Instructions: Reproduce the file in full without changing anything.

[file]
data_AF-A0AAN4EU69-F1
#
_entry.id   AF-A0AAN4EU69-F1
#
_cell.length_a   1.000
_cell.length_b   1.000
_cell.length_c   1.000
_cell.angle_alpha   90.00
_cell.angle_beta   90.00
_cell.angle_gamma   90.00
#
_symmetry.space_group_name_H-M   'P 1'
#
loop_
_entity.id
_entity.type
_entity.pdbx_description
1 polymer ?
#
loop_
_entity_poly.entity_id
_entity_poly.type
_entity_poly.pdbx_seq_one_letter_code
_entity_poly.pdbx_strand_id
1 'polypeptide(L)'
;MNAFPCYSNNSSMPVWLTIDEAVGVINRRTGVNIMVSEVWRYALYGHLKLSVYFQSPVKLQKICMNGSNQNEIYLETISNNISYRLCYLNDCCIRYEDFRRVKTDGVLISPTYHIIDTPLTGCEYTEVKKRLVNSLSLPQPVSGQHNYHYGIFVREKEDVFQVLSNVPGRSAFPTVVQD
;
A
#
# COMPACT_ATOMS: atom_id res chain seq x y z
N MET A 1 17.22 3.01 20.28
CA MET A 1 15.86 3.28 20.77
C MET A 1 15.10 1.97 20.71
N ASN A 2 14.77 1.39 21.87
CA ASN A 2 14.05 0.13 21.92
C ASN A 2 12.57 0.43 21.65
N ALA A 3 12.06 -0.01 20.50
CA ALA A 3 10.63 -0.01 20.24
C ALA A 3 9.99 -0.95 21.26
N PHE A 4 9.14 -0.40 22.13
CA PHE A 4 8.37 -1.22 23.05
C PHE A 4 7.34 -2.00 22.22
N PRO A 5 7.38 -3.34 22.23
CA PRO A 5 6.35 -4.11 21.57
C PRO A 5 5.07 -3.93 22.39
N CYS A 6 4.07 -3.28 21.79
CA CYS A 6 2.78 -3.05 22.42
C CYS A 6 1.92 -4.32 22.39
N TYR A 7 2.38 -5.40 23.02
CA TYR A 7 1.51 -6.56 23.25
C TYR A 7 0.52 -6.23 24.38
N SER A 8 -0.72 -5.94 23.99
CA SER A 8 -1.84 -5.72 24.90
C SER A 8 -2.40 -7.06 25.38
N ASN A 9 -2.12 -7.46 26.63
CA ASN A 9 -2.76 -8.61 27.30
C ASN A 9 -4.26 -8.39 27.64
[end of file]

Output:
data_AF-A0AAN4EU69-F1
#
_entry.id   AF-A0AAN4EU69-F1
#
_cell.length_a   1.000
_cell.length_b   1.000
_cell.length_c   1.000
_cell.angle_alpha   90.00
_cell.angle_beta   90.00
_cell.angle_gamma   90.00
#
_symmetry.space_group_name_H-M   'P 1'
#
loop_
_entity.id
_entity.type
_entity.pdbx_description
1 polymer ?
#
loop_
_entity_poly.entity_id
_entity_poly.type
_entity_poly.pdbx_seq_one_letter_code
_entity_poly.pdbx_strand_id
1 'polypeptide(L)'
;MNAFPCYSNNSSMPVWLTIDEAVGVINRRTGVNIMVSEVWRYALYGHLKLSVYFQSPVKLQKICMNGSNQNEIYLETISNNISYRLCYLNDCCIRYEDFRRVKTDGVLISPTYHIIDTPLTGCEYTEVKKRLVNSLSLPQPVSGQHNYHYGIFVREKEDVFQVLSNVPGRSAFPTVVQD
;
A
#
# COMPACT_ATOMS: atom_id res chain seq x y z
N MET A 1 17.22 3.01 20.28
CA MET A 1 15.86 3.28 20.77
C MET A 1 15.10 1.97 20.71
N ASN A 2 14.77 1.39 21.87
CA ASN A 2 14.05 0.13 21.92
C ASN A 2 12.57 0.43 21.65
N ALA A 3 12.06 -0.01 20.50
CA ALA A 3 10.63 -0.01 20.24
C ALA A 3 9.99 -0.95 21.26
N PHE A 4 9.14 -0.40 22.13
CA PHE A 4 8.37 -1.22 23.05
C PHE A 4 7.34 -2.00 22.22
N PRO A 5 7.38 -3.34 22.23
CA PRO A 5 6.35 -4.11 21.57
C PRO A 5 5.07 -3.93 22.39
N CYS A 6 4.07 -3.28 21.79
CA CYS A 6 2.78 -3.05 22.42
C CYS A 6 1.92 -4.32 22.39
N TYR A 7 2.38 -5.40 23.02
CA TYR A 7 1.51 -6.56 23.25
C TYR A 7 0.52 -6.23 24.38
N SER A 8 -0.72 -5.94 23.99
CA SER A 8 -1.84 -5.72 24.90
C SER A 8 -2.40 -7.06 25.38
N ASN A 9 -2.12 -7.46 26.63
CA ASN A 9 -2.76 -8.61 27.30
C ASN A 9 -4.26 -8.39 27.64